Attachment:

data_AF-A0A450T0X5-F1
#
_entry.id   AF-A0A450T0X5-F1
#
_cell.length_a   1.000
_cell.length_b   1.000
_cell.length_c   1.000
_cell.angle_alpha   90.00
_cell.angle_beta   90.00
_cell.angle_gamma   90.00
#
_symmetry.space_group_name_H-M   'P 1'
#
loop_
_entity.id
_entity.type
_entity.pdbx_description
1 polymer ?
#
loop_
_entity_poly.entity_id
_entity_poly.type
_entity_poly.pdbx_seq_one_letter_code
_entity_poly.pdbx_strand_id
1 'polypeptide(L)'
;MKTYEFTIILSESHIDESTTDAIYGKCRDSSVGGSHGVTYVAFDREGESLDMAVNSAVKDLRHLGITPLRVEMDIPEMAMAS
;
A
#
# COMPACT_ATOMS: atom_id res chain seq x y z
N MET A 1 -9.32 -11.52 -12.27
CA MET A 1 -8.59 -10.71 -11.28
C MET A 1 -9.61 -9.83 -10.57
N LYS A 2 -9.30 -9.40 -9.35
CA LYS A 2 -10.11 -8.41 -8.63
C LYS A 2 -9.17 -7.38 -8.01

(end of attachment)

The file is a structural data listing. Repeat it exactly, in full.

data_AF-A0A450T0X5-F1
#
_entry.id   AF-A0A450T0X5-F1
#
_cell.length_a   1.000
_cell.length_b   1.000
_cell.length_c   1.000
_cell.angle_alpha   90.00
_cell.angle_beta   90.00
_cell.angle_gamma   90.00
#
_symmetry.space_group_name_H-M   'P 1'
#
loop_
_entity.id
_entity.type
_entity.pdbx_description
1 polymer ?
#
loop_
_entity_poly.entity_id
_entity_poly.type
_entity_poly.pdbx_seq_one_letter_code
_entity_poly.pdbx_strand_id
1 'polypeptide(L)'
;MKTYEFTIILSESHIDESTTDAIYGKCRDSSVGGSHGVTYVAFDREGESLDMAVNSAVKDLRHLGITPLRVEMDIPEMAMAS
;
A
#
# COMPACT_ATOMS: atom_id res chain seq x y z
N MET A 1 -9.32 -11.52 -12.27
CA MET A 1 -8.59 -10.71 -11.28
C MET A 1 -9.61 -9.83 -10.57
N LYS A 2 -9.30 -9.40 -9.35
CA LYS A 2 -10.11 -8.41 -8.63
C LYS A 2 -9.17 -7.38 -8.01